15/03/2008

A Great Book. Oh, It's a Mystery Too.

Sometimes blurbs tell more about "state of the art" than the sharpest reviews or the book themselves:
"A new detective novel by P D James is always keenly awaited and The Private Patient will undoubtedly equal the success of her world-wide best-seller, The Lighthouse. It displays the qualities which P D James's readers have come to expect: a masterly psychological and emotional richness of characterisation, a vivid evocation of place and a credible and exciting mystery. The Private Patient is a powerful work of contemporary fiction." (via EuroCrime)
You read it correctly: the mystery element of the book, though "credible and exciting", takes third place to the "masterly psychological and emotional richness of characterisation" and "vivid evocation of place" which make the Baronness' latest offering a "powerful work of contemporary fiction". In other words, The Private Patient is great because, while technically a mystery, it isn't too much of a mystery, it isn't too much genre fiction. Just take away the murder and the detective and it's quite the kind of stuff they rave about at the London Review of Books (ok, the LRB rarely raves about anything, but you get the idea) That mystery is more popular than ever and taken increasingly seriously in literary circles doesn't mean the old prejudices against it have been defeated; quite to the contrary it's precisely because the genre has internalized those prejudices that it is so successful.
Would Anthony Boucher rise from the dead and get back to work, he'd be surprised at how the job evolved over the last forty years. Many reviewers no longer regard plot as paramount, or even important - some proudly affirm that whodunit is "no longer an issue". What they like is books that "transcend the genre" and offer unflinching explorations of "traditions of sexual sadism in a Louisiana bayou town" or stark portrayals of the "disintegration of a socially dysfunctional neighborhood in gritty Glasgow" (all this, and even worse, coming from the NYT's list of best mystery novels of 2002) Sounds not like sheer entertainment, does it? That's the point: not only do contemporary mysteries have to "transcend the genre" but they also have to be serious and deal with serious issues in a serious way. The jolly days of light-hearted homicide, gratuitous shivers and escapist crime are over; it's time to grow up. Cozies are out, hardboiled/noir is in. This character-driven, realistic, socially-conscious approach make contemporary mysteries more palatable to the mainstream, hence their appeal to people who'd never read mysteries otherwise and some literary heavyweights paying a visit. It depends on where you stand whether it is a long-overdue recognition or a selling-out of the genre's identity, but it accounts for blurbs praising a mystery for its least mystery-like features while downplaying the most distinctive.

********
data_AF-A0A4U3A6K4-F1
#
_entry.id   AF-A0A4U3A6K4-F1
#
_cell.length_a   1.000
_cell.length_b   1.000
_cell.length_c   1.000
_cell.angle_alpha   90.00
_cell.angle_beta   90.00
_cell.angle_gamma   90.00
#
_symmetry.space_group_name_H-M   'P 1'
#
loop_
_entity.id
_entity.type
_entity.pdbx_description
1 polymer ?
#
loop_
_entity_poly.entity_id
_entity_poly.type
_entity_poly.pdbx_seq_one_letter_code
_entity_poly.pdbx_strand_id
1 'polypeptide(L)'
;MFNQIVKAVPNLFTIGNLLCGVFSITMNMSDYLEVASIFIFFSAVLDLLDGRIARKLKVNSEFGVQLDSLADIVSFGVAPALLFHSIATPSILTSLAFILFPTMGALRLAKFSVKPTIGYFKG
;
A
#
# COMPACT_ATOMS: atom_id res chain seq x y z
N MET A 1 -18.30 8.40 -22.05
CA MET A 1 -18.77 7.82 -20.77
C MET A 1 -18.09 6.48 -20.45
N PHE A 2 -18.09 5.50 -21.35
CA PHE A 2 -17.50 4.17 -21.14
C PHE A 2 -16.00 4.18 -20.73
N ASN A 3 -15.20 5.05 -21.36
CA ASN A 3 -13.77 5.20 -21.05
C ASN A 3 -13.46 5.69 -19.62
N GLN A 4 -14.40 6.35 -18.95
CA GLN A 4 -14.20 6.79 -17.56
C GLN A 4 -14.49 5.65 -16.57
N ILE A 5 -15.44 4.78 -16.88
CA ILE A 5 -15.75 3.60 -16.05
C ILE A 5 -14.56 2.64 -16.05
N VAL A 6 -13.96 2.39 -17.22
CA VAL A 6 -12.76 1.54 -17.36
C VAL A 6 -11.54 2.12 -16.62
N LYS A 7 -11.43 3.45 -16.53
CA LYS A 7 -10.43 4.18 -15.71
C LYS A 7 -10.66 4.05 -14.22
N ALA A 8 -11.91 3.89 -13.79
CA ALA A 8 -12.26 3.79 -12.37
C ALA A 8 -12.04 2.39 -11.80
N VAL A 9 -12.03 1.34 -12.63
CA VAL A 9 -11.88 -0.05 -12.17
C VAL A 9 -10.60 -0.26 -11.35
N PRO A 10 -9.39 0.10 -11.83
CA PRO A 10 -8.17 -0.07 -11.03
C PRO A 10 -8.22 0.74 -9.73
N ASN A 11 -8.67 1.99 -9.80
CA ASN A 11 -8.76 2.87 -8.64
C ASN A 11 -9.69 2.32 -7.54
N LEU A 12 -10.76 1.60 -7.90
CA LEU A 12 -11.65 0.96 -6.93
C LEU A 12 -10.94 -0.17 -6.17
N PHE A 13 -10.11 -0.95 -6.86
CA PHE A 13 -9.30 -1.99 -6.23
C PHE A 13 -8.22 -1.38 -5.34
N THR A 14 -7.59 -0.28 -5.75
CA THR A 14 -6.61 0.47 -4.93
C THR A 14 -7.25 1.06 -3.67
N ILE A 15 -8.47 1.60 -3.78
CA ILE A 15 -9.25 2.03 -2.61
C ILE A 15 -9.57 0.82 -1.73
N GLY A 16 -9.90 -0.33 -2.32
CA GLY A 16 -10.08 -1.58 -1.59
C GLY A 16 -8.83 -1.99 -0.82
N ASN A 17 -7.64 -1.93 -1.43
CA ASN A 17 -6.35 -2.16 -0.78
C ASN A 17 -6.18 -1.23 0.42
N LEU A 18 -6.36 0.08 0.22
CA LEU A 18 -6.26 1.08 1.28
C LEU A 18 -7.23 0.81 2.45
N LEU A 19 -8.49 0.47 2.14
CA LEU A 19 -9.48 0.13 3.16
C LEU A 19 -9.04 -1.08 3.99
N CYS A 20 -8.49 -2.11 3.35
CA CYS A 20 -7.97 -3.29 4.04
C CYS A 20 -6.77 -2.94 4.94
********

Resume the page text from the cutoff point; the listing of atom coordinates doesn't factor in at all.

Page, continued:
1 commentaire:

Mike Grost a dit…

As far back as "The Poisoned Chocolates Case" (1929), Anthony Berkley was complaining about the absence of plot and "construction" in mainstream fiction.
But since 1970, this has penetrated into popular culture. Post-1970 prose mysteries, films, TV, comic books - all suffer from a drastic shrinking of plot. At least in the English-speaking world. It is creepy.
This can be known as "The War on Plot".